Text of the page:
The Dominion Post

Judges’ actions in Moana case not inappropri­ate

- Marty Sharpe

Two senior judges did not act inappropri­ately when contacting a Family Court judge in relation to a part-heard case, the Judicial Conduct Commission­er has found. But he said that guidelines for judges could be made clearer.

Commission­er Alan Ritchie decided to investigat­e after reading an article on Stuff on August 25, which revealed that Judge Peter Callinicos had been contacted by Chief District Court Judge Heemi Taumaunu and Principal Family Court Judge Jackie Moran in relation to the part-heard ‘‘Moana’’ case.

Judge Callinicos said the senior judges had wanted to convey concerns from Oranga

Tamariki interim chief executive Sir Wira Gardiner.

He said their actions were inappropri­ate and any communicat­ion would be ‘‘a breach of judicial independen­ce’’.

In a preliminar­y report issued yesterday, Ritchie said he decided to treat the media coverage as a complaint due to ‘‘the perception I have of a growing and wide-ranging concern felt (rightly or wrongly) by parties to proceeding­s, complainan­ts and others in the community about challenges being faced by women and children in the court system’’.

The commission­er sought comment from Judges Taumaunu and Moran.

Judge Taumaunu denied any attempt to direct Judge Callinicos and said that he and Judge Moran wanted to engage with Judge Callinicos about their concerns over his ‘‘incourt conduct’’, not his decision-making.

Judge Taumaunu said he had become involved in concerns with Judge Callinicos when the ‘‘Mrs P’’ court case – which prompted allegation­s that Judge Callinicos had bullied a woman in a Family Court case – was raised in the media.

According to the report, Judge Taumaunu said he had a duty to raise issues of conduct with judges, and Judge Callinicos ‘‘appeared to me to have been engaging in a pattern of bullying behaviour’’.

Judge Moran said there had been numerous complaints about Judge Callinicos and ‘‘they had to be addressed promptly by the Heads of Bench in order to prevent their recurrence and to maintain public confidence in the Court’’.

She said she held monthly meetings with senior Oranga Tamariki staff and those meetings frequently involved discussion about difficulti­es the organisati­on’s Napier office was experienci­ng with Judge Callinicos.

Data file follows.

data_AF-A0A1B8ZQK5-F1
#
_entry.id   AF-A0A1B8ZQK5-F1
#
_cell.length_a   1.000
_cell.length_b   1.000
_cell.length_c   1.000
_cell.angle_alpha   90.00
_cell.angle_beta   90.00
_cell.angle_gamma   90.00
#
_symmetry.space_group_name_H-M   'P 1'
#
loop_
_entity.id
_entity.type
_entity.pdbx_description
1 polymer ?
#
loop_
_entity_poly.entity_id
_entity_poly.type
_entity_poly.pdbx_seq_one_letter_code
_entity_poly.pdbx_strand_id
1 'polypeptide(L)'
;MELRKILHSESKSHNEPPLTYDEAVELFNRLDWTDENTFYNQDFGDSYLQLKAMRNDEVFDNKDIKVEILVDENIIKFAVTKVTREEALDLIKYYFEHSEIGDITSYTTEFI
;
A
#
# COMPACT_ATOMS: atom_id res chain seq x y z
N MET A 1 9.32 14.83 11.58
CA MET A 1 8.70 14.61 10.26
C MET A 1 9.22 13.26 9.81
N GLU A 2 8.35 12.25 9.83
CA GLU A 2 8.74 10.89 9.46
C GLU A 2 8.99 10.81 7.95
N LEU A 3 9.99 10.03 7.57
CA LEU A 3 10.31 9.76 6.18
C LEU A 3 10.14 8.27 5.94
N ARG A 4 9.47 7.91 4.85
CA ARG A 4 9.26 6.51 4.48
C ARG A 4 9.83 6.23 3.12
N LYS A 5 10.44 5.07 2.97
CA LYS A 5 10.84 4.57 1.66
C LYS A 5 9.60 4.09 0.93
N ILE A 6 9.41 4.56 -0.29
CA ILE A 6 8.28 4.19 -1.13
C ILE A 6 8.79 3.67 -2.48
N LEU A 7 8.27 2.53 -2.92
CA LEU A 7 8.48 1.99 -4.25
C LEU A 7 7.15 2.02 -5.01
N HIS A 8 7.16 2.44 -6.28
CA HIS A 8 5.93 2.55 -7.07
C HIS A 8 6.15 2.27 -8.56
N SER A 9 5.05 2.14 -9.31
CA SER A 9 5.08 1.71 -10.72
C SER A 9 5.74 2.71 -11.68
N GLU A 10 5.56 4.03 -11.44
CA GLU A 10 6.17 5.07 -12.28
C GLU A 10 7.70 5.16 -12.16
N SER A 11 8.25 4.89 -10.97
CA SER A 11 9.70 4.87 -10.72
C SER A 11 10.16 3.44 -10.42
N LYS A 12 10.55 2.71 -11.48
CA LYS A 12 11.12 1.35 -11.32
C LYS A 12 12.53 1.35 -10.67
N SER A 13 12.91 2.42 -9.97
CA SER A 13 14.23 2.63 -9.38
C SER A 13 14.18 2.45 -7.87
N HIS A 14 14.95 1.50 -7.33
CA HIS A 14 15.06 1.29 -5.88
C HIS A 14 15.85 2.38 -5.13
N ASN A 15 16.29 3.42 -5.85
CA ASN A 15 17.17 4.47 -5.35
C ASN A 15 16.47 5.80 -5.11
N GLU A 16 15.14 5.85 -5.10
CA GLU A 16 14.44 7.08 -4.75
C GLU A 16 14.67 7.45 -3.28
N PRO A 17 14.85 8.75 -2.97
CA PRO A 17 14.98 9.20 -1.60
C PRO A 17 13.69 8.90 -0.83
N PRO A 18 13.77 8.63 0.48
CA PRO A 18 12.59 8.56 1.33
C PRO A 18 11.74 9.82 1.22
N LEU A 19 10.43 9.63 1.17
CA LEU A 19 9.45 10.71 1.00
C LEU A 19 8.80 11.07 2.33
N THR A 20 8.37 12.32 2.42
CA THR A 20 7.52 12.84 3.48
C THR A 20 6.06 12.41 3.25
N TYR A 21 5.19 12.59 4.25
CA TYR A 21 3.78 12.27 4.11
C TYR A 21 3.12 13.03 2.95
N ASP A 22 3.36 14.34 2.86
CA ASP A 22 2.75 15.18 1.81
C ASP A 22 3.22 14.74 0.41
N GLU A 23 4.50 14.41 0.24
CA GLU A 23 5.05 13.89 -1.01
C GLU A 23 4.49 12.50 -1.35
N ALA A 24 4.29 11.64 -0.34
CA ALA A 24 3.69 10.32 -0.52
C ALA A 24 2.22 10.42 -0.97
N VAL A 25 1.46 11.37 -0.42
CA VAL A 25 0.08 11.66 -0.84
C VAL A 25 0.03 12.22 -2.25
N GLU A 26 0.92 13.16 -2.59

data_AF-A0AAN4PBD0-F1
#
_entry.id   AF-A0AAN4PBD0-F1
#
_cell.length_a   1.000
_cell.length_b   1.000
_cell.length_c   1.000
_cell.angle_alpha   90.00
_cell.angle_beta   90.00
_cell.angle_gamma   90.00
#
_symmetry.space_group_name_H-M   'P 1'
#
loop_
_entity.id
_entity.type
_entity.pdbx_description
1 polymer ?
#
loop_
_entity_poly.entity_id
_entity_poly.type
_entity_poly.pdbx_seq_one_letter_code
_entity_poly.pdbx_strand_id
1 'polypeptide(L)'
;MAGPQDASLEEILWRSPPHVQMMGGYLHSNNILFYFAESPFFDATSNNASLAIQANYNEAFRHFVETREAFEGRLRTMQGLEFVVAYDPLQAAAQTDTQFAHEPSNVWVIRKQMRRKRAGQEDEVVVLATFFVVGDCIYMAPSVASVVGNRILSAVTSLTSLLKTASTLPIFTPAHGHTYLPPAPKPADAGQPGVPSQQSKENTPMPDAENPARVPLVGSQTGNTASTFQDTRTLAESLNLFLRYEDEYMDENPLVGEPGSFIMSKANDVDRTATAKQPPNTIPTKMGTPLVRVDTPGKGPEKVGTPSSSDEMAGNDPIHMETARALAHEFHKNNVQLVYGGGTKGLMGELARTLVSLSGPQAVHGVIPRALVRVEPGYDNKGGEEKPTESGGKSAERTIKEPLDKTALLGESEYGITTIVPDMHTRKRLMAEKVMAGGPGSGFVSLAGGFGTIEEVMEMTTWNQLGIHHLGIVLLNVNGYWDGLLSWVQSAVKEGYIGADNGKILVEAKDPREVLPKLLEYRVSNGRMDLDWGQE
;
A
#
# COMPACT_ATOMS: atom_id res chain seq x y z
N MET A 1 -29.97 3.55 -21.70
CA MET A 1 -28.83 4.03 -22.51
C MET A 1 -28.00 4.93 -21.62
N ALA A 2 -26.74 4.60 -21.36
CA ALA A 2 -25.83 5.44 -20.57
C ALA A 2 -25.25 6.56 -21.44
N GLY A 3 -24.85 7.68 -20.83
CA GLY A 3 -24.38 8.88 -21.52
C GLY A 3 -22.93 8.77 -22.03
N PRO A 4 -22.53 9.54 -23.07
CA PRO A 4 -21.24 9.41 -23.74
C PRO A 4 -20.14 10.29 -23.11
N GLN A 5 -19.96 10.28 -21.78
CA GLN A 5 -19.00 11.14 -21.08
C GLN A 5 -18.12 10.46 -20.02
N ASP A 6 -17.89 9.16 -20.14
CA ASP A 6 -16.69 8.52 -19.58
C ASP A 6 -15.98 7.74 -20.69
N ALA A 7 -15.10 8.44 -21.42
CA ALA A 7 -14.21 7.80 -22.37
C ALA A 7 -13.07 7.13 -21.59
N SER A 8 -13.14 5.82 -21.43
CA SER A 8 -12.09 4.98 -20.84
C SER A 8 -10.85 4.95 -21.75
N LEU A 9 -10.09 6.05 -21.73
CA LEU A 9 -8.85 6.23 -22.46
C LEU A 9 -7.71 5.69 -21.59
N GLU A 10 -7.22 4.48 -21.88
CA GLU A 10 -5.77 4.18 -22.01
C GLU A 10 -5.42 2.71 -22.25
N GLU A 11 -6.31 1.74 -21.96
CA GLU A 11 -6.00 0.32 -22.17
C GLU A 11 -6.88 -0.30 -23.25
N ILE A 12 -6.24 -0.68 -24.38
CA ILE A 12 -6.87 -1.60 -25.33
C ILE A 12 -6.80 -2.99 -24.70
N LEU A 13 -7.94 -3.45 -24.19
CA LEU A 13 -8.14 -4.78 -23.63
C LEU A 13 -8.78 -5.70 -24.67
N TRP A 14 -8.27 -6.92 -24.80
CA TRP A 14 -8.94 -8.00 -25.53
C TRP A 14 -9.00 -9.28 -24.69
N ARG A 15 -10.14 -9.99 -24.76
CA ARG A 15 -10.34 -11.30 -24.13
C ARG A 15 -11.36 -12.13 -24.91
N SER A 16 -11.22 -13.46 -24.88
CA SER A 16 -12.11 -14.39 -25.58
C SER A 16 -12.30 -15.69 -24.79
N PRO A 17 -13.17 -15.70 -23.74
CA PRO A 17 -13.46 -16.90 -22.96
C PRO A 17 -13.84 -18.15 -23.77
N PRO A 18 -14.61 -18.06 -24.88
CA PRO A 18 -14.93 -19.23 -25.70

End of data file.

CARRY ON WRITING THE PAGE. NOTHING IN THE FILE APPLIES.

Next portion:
Judge Moran said Oranga Tamariki believed Judge Callinicos’s alleged behaviour was ‘‘seriously underminin­g the confidence of the Napier community and compromisi­ng the safety of children’’.

This was especially so in the ‘‘Moana’’ case, she said. Three social workers involved in the case ‘‘were so badly treated by the judge that they were left feeling mocked and beaten to the extent that psychologi­cal support had to be organised for them,’’ she said.

Ritchie also received a letter from Justice Young of the Supreme Court, who said he had been involved in providing the Heads of Bench advice around how to deal with Judge Callinicos since April.

Justice Young said it was clear the senior judges were not seeking to influence Judge Callinicos and ‘‘given the experience of the three judges, they would have been well-able to discuss Judge Callinicos’ in-court behaviour without encroachin­g in the independen­ce of his decision-making’’.

Justice Young said he had read the transcript­s of the ‘‘Mrs P’’ and ‘‘Moana’’ cases, and ‘‘I saw the interventi­ons of Judge Callinicos in those cases as excessive, partisan (as amounting to crossexami­nation) and, at times, demeaning (for instance as putting down Mrs P to her face or to her witnesses)’’.

Ritchie referred the matter to the Chief Justice and said ‘‘I have confidence that she will ensure that the whole of the circumstan­ces will be subject to appropriat­e scrutiny not just by her but by the judiciary as a whole so that there is a prospect of these crucial issues of judicial independen­ce being fully understood at all levels’’.

‘‘It may be that the Guidelines for Judicial Conduct or other guidance offered to Judges can be reviewed and improvemen­ts made to aspects of interventi­on by Heads of Bench when proceeding­s have not been completed,’’ he said.

Complaints about Judge Callinicos’s behaviour in the ‘Mrs P’ case were dealt with by the Commission in June. Ritchie declined to refer the matter to the Attorney-general and instead referred it to the heads of the High Court and District Court, stating it was up to them what they wished to do.

Judge Callinicos told Stuff he had not been approached by the commission­er.

 ?? ??
 ?? ?? Heemi Taumaunu
Heemi Taumaunu
 ?? ?? Peter Callinicos
Peter Callinicos
 ?? ?? Jackie Moran
Jackie Moran

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